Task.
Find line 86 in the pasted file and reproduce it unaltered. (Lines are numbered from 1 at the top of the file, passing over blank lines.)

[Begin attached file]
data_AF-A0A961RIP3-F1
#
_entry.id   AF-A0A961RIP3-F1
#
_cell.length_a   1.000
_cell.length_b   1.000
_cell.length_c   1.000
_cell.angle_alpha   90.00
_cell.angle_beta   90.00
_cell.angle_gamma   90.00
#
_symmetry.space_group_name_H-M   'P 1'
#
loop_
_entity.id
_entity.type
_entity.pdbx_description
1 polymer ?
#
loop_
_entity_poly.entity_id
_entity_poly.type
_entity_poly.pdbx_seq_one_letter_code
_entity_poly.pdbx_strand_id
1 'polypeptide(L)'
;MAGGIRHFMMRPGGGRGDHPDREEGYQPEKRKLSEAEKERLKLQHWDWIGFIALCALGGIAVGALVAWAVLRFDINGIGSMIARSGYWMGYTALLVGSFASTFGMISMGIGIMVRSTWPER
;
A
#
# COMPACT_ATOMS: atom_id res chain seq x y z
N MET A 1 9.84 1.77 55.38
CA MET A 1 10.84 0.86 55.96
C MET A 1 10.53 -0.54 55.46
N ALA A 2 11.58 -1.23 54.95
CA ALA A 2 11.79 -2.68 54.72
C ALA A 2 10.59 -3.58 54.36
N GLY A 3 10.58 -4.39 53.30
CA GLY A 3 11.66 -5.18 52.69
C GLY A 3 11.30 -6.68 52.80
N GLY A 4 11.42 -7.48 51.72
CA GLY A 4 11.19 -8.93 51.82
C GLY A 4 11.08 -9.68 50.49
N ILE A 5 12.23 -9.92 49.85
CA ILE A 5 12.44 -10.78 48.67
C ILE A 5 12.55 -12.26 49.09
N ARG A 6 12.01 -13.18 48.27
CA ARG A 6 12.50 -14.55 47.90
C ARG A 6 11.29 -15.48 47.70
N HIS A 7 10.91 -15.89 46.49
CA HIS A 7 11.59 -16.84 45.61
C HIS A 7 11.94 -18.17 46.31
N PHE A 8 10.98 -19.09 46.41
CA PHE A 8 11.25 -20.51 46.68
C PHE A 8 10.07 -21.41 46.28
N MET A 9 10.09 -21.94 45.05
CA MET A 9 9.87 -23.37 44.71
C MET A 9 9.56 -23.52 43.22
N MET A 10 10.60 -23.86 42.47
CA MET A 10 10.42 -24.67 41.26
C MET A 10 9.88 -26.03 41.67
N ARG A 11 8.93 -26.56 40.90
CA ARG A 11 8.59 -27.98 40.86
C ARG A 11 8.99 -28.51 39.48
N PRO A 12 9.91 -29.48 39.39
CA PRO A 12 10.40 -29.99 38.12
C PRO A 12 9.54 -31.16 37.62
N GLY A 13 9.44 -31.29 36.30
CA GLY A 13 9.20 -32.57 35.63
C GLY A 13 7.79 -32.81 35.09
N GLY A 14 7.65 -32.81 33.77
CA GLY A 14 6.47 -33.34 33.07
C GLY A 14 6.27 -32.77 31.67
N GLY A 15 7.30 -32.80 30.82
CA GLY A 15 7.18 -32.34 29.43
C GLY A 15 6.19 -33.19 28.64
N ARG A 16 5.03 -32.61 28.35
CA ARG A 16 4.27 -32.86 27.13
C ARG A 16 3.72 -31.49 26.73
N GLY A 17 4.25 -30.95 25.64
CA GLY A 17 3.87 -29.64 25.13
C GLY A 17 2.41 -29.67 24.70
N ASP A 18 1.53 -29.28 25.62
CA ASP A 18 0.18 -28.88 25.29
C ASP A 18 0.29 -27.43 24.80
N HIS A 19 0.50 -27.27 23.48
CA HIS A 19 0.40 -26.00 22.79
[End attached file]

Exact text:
CA HIS A 19 0.40 -26.00 22.79